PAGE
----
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Re: Installer UI advices


From: Jeff Teunissen
Subject: Re: Installer UI advices
Date: Fri, 18 Mar 2005 10:35:27 -0500

Frederico Muñoz wrote:

[snip]

Sorry this message is so long, I didn't have time to make it shorter.

> >>> (And when you do have to do this, the wizard UI seems the most
> >>> reasonable and efficient way to get through it.  It is easier to
> >>> rush through a wizard and be sure you've at least glanced at
> >>> everything than to click around a tabbed or other non-sequential
> >>> interface.  The wizard is also well-suited to delivering clear
> >>> information to the user on what stage of an install process failed.)
> >>
> >> Agreed -- it's a sequential process, it should have a sequential
> >> interface.
> >
> > Agreed too. Even if I'm not fond of it, it seems to me less
> > error-prone than the non-sequential way.
> > But perhaps let people jump through steps easily (if that doesn't
> > prevent the installation of course.. ie let them jump if the steps are
> > not mandatory..).
> 
> This is why i made the RFC, even though the NeXT UI is better for
> "power users" that want all the info at hand, it's terribly confusing
> when one needs to present options. I also think that sequential is the
> best way, given it is made with both simplicity and ability to easily
> navigate (even the ability to just press "Quick Install" when the app
> contains defaults and doesn't need any kind of compulsory user
> interaction).

This is why all possible options for the _package_ (note: this is distinct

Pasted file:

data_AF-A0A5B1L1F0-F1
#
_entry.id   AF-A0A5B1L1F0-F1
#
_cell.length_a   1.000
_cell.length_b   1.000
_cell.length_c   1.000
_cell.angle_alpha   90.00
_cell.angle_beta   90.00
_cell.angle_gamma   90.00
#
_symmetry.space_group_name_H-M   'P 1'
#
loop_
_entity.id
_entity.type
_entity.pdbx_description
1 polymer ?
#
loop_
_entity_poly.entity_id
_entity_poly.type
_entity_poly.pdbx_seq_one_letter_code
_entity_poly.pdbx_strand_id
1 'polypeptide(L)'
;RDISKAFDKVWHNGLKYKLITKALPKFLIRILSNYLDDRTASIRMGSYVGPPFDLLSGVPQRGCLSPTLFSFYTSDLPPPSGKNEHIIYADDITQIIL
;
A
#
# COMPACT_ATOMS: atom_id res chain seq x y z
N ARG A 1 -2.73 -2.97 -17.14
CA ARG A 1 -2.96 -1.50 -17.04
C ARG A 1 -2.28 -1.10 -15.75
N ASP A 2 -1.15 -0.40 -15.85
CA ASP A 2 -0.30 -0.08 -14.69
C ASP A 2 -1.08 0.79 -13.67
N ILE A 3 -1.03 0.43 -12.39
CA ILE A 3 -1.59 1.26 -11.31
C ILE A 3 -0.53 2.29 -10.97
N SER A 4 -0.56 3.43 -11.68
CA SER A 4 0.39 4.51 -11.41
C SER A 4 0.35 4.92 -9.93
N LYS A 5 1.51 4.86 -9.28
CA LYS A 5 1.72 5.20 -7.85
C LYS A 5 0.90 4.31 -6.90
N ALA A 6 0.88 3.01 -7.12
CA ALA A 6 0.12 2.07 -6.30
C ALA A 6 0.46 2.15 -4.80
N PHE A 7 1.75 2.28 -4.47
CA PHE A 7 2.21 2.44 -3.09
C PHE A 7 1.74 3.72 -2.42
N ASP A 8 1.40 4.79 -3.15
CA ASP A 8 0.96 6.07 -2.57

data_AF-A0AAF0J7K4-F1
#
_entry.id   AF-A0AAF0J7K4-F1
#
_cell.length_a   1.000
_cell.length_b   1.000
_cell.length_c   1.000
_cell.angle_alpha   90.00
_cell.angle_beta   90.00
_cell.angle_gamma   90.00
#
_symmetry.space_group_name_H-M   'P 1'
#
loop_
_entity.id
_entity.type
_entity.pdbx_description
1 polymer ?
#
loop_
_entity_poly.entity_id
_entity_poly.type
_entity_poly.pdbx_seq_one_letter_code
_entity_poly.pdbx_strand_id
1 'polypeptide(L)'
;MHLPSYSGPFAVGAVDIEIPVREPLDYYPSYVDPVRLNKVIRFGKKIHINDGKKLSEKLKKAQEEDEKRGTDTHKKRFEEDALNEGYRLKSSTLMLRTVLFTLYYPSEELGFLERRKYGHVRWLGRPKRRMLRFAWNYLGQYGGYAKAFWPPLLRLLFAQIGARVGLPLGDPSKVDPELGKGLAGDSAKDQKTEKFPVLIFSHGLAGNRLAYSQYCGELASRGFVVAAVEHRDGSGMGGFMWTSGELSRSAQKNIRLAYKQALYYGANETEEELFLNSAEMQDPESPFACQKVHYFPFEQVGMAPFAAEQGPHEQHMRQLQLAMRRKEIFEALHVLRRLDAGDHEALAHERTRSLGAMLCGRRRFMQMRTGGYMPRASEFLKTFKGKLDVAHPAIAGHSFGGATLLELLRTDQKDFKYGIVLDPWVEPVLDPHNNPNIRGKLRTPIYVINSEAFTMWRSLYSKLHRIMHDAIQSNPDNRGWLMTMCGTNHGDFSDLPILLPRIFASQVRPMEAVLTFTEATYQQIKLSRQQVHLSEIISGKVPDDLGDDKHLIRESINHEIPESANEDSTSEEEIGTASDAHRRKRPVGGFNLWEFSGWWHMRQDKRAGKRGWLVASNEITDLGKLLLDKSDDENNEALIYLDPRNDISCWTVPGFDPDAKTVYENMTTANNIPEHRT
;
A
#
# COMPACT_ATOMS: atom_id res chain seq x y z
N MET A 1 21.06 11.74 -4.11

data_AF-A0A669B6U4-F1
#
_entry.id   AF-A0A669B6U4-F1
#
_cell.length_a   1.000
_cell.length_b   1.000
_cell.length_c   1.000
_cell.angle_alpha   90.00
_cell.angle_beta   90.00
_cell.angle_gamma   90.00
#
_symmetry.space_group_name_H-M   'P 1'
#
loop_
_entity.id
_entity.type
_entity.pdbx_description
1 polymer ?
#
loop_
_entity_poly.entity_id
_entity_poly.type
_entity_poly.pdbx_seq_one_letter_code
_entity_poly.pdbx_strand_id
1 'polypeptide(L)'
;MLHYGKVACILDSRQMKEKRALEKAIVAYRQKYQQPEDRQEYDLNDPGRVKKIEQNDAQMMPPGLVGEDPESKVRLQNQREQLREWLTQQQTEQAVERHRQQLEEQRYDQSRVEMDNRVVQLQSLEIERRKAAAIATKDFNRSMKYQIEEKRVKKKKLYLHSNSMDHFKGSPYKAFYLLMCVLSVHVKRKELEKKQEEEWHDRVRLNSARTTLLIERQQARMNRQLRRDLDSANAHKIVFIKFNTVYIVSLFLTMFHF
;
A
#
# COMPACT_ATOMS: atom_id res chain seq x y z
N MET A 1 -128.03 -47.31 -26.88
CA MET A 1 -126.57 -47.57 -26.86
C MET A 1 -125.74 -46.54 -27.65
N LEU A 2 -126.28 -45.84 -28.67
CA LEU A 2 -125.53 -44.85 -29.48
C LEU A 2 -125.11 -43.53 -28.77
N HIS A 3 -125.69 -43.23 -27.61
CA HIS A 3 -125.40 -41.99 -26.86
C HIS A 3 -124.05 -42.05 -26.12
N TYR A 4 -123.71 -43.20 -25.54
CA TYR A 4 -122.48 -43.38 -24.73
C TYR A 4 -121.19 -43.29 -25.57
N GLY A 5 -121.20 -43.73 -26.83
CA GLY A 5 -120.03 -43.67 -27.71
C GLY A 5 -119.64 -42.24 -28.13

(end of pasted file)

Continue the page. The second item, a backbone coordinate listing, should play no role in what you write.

from the options for the _application_, which should not be covered at all
during installation) should be presented on one window, to be changed all at
once. Nothing else is necessary, and indeed only useful if something goes
wrong (in which case, the detailed progress view should be switched to
automatically to tell you _what_ went wrong).

The NeXT installer is a fire-and-forget installer; press one button, wait
for it to complete, and it's finished -- and in the meantime, you can be
doing other things.

Contrary to what Jesse Ross says above, software installation is *not* a
sequential process. There is only one step in installing a program, a
framework, a set of libraries, a toolchain, or a giant group of the above in
a megapackage: "Install". The other "steps" are artificially created and
unnecessary.

And to respond to the idea of an "error-prone" installer...there's no way
for the user to fuck it up if all the installer does is, well, install
files. Setup should not be done at installation time; that is for when the
application starts the first time. No handling or even displaying of
application licenses unless you specifically request it, because that is not
a concern for the _installer_ (usually an administrative user) of a program
as much as it is for the end user of the program. If the user refuses a
click-through license, then the program may choose to refuse to run for
them, but that should not affect others' use of the program.

Remember that anything not DIRECTLY involved with the actual installation of
a package is an unwanted and unneeded interruption of the person doing the
installation. Their time is valuable, much more valuable than yours is,
because there are more of them than just you. :)

If you waste only fifteen seconds of their time making them read and respond
to the text on a window and there are only thousand users, that's four hours
of productive time that you have wasted -- half of a work day. How many
different pages does the average installer wizard make you go through?

Now, consider that NeXT's installer had one "extra" page, with a maximum of
three options on it, and as few as zero. The extra window levels on the